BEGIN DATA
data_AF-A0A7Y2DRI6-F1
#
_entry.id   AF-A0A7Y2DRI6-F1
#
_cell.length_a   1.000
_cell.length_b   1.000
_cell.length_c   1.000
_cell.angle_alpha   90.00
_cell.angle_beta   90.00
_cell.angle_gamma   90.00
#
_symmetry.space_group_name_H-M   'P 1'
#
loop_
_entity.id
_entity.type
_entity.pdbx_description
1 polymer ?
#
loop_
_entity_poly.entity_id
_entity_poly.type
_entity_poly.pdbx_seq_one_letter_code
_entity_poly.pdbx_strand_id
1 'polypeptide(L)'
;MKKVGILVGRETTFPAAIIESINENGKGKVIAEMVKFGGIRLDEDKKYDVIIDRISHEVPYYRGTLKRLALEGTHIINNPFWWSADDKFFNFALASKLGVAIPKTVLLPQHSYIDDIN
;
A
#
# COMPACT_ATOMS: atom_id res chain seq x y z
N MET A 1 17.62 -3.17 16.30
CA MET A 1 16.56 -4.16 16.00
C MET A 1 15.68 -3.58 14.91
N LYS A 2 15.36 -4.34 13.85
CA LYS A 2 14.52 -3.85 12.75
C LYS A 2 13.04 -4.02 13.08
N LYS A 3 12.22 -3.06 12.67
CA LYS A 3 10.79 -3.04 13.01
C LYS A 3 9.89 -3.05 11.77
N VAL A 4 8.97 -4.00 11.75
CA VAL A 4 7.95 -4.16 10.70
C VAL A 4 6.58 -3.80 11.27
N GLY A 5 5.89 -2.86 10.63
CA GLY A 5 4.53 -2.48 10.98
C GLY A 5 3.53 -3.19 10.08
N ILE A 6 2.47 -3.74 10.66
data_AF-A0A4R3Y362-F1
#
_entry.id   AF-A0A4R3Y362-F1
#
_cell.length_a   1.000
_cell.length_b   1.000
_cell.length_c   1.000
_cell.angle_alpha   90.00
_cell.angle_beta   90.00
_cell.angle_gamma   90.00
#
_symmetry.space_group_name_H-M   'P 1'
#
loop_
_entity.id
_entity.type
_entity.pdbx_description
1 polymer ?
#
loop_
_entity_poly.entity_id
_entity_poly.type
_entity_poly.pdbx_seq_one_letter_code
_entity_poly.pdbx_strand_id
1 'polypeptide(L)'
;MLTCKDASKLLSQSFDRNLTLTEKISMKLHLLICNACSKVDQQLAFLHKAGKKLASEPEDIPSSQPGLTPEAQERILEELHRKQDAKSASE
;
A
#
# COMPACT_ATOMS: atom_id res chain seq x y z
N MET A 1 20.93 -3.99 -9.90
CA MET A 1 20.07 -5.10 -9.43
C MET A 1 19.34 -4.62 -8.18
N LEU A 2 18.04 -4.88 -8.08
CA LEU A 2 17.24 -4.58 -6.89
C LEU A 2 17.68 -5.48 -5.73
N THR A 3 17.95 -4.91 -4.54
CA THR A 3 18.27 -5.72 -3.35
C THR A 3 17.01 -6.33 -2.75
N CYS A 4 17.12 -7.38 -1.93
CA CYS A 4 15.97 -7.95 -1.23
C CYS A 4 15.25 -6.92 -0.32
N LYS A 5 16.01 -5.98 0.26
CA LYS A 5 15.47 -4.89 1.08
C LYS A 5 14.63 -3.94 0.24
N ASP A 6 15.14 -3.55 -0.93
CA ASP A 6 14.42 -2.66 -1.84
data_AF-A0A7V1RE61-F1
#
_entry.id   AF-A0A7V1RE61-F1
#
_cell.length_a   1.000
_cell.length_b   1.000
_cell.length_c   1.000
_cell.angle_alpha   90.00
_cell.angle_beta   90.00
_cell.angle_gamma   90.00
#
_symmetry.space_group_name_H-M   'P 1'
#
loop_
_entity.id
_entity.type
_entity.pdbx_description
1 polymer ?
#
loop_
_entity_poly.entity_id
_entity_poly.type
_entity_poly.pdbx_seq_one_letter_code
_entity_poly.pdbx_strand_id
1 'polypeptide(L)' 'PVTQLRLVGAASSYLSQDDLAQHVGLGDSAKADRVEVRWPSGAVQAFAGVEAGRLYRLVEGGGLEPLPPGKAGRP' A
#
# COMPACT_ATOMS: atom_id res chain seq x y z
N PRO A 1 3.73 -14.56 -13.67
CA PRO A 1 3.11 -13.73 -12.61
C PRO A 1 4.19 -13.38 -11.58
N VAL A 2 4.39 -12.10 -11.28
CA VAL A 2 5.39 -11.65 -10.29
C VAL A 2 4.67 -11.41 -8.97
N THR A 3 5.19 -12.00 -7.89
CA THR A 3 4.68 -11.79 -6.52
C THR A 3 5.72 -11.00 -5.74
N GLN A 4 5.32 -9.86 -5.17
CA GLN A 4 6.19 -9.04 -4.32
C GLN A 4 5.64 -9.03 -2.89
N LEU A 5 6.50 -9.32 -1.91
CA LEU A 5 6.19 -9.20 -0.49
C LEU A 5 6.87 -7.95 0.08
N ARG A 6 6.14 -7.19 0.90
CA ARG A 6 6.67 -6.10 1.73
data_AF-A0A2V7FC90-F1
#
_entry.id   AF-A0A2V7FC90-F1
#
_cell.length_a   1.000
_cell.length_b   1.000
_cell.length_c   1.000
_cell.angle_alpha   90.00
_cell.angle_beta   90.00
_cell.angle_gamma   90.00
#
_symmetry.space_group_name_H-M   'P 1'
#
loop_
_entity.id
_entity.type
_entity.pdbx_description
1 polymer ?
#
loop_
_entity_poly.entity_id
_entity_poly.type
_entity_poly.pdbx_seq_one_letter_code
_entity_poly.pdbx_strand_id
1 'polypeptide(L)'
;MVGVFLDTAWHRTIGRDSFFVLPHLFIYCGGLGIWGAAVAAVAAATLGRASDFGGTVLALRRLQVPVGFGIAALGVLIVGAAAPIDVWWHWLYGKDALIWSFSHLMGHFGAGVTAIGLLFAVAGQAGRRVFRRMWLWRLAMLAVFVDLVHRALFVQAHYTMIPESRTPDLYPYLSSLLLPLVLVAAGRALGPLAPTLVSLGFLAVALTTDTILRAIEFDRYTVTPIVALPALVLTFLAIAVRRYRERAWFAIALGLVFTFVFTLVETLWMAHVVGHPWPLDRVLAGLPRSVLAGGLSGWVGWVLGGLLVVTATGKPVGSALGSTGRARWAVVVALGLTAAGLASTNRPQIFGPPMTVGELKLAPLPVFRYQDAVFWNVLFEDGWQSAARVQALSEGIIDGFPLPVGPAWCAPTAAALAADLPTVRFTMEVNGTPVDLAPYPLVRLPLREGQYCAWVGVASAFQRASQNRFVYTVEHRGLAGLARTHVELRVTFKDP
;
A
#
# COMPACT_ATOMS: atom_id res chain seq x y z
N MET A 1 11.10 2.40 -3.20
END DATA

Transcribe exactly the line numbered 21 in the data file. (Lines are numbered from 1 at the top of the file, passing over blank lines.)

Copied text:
_entity_poly.entity_id